‘A test is not a passport to party’: Mayor Eric Garcetti says gatherings remain prohibited in LA

LOS ANGELES - Mayor Eric Garcetti on Friday reminded the public that gatherings of any size, outside of those in your immediate household, remain prohibited in Los Angeles.

Fears of the virus spreading among young people will be heightened over the weekend, when a heat wave drives up temperatures, likely leading to large crowds at Southland beaches.

Garcetti urged residents Friday evening to continue taking precautions, like avoiding crowded places, confined spaces and close contact with others.

"Gatherings large and small are a major source of spread," the mayor said.

Health officials have acknowledged the problem of quarantine fatigue, noting that residents are anxious to get back to normal life and may see the reopening of businesses across the county as a sign the virus is disappearing — leading to a lack of social distancing and a failure to wear face coverings.

Garcetti said that there has been an increase in the number of residents tested for the virus, stating that many people believe that if they get tested and receive a negative result, they are free to hang out with friends as they please.

"A test is not a passport to party," said Garcetti, as he explained that a negative test today means doesn't mean you can't get infected tomorrow.

Since the beginning of the pandemic, nearly 1.27 million people in Los Angeles County have been tested for COVID-19, with about 9% testing positive. The average daily positivity rate over the past seven days, however, was at 10% as of Friday. That number is up from the 8.4% rate of about a week ago, but slightly below the 11.6% rate it reached earlier this week.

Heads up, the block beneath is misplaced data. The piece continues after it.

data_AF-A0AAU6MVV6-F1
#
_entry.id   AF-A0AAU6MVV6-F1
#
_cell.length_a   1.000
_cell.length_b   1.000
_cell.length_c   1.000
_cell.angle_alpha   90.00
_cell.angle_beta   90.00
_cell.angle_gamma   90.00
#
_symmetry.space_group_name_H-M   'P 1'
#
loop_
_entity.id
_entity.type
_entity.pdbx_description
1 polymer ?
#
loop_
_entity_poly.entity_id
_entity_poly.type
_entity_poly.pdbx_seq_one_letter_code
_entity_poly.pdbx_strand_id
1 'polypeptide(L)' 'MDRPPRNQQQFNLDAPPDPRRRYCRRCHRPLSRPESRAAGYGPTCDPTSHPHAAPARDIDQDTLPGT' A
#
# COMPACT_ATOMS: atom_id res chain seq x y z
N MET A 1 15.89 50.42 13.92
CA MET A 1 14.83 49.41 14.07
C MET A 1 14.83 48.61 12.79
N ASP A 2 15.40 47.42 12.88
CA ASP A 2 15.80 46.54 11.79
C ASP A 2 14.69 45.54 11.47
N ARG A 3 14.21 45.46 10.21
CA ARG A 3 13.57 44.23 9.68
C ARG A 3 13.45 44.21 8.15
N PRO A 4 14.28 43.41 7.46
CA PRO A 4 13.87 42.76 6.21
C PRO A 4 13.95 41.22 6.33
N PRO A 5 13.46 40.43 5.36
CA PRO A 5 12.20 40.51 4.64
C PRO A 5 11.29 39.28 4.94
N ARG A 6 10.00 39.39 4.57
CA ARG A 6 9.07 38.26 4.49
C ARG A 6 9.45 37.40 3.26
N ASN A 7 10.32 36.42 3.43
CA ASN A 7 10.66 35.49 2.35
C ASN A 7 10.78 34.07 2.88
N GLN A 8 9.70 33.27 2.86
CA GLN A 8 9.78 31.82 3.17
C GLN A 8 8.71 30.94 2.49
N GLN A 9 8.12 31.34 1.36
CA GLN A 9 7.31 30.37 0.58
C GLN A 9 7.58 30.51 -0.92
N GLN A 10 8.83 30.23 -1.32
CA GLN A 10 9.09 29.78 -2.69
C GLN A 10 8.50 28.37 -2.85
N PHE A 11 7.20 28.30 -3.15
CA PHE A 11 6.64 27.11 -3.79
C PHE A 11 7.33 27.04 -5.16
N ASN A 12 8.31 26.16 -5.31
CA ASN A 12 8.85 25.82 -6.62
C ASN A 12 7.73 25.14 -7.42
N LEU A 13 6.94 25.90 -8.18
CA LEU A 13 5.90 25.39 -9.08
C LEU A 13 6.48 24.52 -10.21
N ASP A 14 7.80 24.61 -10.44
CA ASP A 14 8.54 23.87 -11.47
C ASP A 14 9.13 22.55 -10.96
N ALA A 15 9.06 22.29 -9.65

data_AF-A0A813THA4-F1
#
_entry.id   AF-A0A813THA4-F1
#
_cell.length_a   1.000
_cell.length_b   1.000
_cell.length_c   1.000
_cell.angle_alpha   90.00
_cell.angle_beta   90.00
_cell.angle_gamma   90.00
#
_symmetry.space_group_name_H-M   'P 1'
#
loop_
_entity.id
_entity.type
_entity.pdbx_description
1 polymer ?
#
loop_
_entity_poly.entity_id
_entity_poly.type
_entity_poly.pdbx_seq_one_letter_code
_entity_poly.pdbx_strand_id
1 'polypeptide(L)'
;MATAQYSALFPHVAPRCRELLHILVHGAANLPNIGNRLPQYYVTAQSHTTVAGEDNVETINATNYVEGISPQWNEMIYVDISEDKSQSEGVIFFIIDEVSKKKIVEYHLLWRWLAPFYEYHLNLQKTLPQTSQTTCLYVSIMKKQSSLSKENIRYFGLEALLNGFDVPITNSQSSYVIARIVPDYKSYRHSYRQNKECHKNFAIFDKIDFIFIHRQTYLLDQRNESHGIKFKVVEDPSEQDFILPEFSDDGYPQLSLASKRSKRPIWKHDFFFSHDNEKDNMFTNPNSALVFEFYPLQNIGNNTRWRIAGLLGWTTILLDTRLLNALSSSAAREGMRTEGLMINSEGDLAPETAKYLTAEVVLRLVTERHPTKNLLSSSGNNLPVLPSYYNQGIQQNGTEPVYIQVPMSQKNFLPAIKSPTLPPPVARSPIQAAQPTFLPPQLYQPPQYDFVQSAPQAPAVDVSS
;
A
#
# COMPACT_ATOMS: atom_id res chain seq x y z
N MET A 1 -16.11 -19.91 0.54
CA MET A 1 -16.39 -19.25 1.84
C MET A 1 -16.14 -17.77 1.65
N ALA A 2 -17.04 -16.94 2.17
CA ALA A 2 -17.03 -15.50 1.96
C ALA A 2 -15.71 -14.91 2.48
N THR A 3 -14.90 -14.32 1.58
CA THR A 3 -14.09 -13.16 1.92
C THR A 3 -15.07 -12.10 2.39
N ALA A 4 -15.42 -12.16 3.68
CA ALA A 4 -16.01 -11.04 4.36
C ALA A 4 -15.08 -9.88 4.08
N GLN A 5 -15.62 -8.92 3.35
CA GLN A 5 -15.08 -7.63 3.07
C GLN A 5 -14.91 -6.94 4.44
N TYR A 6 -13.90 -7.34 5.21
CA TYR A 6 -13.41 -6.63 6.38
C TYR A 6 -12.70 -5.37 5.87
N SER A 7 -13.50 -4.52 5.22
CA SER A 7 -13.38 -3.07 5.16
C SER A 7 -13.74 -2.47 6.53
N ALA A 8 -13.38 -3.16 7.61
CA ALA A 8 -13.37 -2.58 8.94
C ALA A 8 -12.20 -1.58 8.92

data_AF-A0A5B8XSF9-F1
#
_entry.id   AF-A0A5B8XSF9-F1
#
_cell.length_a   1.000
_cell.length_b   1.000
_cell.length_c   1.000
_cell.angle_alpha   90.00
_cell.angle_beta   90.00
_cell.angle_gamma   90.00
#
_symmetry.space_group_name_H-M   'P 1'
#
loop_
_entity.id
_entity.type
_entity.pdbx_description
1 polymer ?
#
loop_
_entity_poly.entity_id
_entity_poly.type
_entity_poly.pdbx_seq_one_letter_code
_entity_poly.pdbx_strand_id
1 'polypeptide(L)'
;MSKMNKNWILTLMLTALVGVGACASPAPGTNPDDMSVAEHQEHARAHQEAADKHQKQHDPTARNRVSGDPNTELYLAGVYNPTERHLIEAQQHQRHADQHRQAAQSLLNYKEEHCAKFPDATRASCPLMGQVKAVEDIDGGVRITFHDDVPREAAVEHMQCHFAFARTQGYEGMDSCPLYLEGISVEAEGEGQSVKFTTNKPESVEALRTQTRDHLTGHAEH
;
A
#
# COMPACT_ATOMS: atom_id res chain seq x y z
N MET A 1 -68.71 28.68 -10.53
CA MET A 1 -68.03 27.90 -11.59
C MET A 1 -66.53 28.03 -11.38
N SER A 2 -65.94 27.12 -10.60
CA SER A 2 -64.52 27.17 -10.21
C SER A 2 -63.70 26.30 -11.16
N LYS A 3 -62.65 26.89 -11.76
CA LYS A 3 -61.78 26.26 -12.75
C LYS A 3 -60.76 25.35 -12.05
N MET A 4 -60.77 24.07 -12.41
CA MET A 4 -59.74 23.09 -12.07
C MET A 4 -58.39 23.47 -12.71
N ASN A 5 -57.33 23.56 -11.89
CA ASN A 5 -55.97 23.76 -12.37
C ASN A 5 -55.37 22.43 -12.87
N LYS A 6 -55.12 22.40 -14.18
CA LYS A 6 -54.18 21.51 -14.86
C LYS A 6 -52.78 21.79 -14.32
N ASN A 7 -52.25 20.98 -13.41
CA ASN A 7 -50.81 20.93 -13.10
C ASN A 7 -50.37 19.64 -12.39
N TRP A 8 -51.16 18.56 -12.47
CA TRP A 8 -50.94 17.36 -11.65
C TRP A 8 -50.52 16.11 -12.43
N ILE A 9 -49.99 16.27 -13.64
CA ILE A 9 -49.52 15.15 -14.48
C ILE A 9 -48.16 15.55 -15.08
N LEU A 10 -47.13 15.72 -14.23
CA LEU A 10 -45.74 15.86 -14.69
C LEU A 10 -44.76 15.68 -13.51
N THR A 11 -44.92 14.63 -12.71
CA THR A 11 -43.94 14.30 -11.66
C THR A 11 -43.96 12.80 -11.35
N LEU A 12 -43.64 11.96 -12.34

Also Friday, the number of people hospitalized in the county due to the virus was 1,995, with 26% of those people in intensive-care units. That figure is down from Thursday's report of 2,037, but hospitalizations over the past week have been running well above the levels of a month ago, when the number hovered between 1,350 and 1,450.

Garcetti, as well as county health officials, warned earlier in the week that if current COVID-19 infection trends don't reverse, the area could again find itself facing tougher stay-at-home orders to slow the virus' spread.

The mayor recently introduced a new tool that breaks down the COVID-19 risk into four categories: red, orange, yellow, and green.

According to Garcetti, "Red" means residents should stay home, "Orange" indicates that the threat of COVID-19 in Los Angeles is "extremely high" and residents should take precautions and assume everyone around them is infectious. "Yellow" means the city is successfully flattening the curve and "Green" means COVID-19 is mostly contained and presents a low risk in the city.

On Friday, Garcetti noted that the virus threat level in Los Angeles was "Orange" and residents should "minimize all contact" with others. According to Garcetti's scale, the city is one threat level away from having to reinforce stay-at-home orders.

Los Angeles County on Friday reported 2,667 new cases of COVID-19 as well as 51 additional deaths. The county's totals now stand at 127,358 cases and 3,738 deaths.